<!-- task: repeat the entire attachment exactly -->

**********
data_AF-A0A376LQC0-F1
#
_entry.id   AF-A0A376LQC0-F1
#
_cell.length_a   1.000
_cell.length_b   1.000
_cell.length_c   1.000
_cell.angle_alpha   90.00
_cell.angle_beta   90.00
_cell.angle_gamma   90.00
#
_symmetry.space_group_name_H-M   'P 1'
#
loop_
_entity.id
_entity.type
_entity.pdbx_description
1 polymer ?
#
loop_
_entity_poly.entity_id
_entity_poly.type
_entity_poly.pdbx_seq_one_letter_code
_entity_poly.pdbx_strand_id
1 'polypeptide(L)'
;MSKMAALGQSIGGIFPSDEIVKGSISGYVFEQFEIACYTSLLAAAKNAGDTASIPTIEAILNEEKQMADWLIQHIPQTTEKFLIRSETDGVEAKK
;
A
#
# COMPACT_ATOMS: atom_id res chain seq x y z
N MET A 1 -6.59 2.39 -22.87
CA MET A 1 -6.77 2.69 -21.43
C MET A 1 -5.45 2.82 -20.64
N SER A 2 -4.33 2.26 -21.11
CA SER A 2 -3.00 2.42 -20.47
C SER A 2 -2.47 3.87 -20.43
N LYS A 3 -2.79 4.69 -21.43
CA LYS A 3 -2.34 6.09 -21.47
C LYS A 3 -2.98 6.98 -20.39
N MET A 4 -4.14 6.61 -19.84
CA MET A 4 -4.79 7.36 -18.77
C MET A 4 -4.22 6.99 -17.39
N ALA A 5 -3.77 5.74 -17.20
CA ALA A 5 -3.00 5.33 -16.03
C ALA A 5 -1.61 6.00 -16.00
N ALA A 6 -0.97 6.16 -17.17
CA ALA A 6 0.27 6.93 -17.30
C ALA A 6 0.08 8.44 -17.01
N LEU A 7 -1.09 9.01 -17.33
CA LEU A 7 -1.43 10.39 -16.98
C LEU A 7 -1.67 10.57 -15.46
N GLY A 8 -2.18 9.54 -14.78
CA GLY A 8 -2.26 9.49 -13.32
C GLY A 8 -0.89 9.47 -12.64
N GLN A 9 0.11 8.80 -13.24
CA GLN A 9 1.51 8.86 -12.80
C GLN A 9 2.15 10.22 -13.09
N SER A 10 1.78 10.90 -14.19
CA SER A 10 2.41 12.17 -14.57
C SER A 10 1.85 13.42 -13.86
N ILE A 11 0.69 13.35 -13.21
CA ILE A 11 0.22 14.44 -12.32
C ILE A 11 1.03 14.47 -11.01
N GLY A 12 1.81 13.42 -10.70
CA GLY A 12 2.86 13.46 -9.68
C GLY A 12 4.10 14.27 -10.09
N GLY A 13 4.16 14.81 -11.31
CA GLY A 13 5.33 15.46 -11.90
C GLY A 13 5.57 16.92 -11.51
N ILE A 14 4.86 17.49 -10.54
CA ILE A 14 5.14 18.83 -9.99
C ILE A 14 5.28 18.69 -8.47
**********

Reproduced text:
data_AF-A0A376LQC0-F1
#
_entry.id   AF-A0A376LQC0-F1
#
_cell.length_a   1.000
_cell.length_b   1.000
_cell.length_c   1.000
_cell.angle_alpha   90.00
_cell.angle_beta   90.00
_cell.angle_gamma   90.00
#
_symmetry.space_group_name_H-M   'P 1'
#
loop_
_entity.id
_entity.type
_entity.pdbx_description
1 polymer ?
#
loop_
_entity_poly.entity_id
_entity_poly.type
_entity_poly.pdbx_seq_one_letter_code
_entity_poly.pdbx_strand_id
1 'polypeptide(L)'
;MSKMAALGQSIGGIFPSDEIVKGSISGYVFEQFEIACYTSLLAAAKNAGDTASIPTIEAILNEEKQMADWLIQHIPQTTEKFLIRSETDGVEAKK
;
A
#
# COMPACT_ATOMS: atom_id res chain seq x y z
N MET A 1 -6.59 2.39 -22.87
CA MET A 1 -6.77 2.69 -21.43
C MET A 1 -5.45 2.82 -20.64
N SER A 2 -4.33 2.26 -21.11
CA SER A 2 -3.00 2.42 -20.47
C SER A 2 -2.47 3.87 -20.43
N LYS A 3 -2.79 4.69 -21.43
CA LYS A 3 -2.34 6.09 -21.47
C LYS A 3 -2.98 6.98 -20.39
N MET A 4 -4.14 6.61 -19.84
CA MET A 4 -4.79 7.36 -18.77
C MET A 4 -4.22 6.99 -17.39
N ALA A 5 -3.77 5.74 -17.20
CA ALA A 5 -3.00 5.33 -16.03
C ALA A 5 -1.61 6.00 -16.00
N ALA A 6 -0.97 6.16 -17.17
CA ALA A 6 0.27 6.93 -17.30
C ALA A 6 0.08 8.44 -17.01
N LEU A 7 -1.09 9.01 -17.33
CA LEU A 7 -1.43 10.39 -16.98
C LEU A 7 -1.67 10.57 -15.46
N GLY A 8 -2.18 9.54 -14.78
CA GLY A 8 -2.26 9.49 -13.32
C GLY A 8 -0.89 9.47 -12.64
N GLN A 9 0.11 8.80 -13.24
CA GLN A 9 1.51 8.86 -12.80
C GLN A 9 2.15 10.22 -13.09
N SER A 10 1.78 10.90 -14.19
CA SER A 10 2.41 12.17 -14.57
C SER A 10 1.85 13.42 -13.86
N ILE A 11 0.69 13.35 -13.21
CA ILE A 11 0.22 14.44 -12.32
C ILE A 11 1.03 14.47 -11.01
N GLY A 12 1.81 13.42 -10.70
CA GLY A 12 2.86 13.46 -9.68
C GLY A 12 4.10 14.27 -10.09
N GLY A 13 4.16 14.81 -11.31
CA GLY A 13 5.33 15.46 -11.90
C GLY A 13 5.57 16.92 -11.51
N ILE A 14 4.86 17.49 -10.54
CA ILE A 14 5.14 18.83 -9.99
C ILE A 14 5.28 18.69 -8.47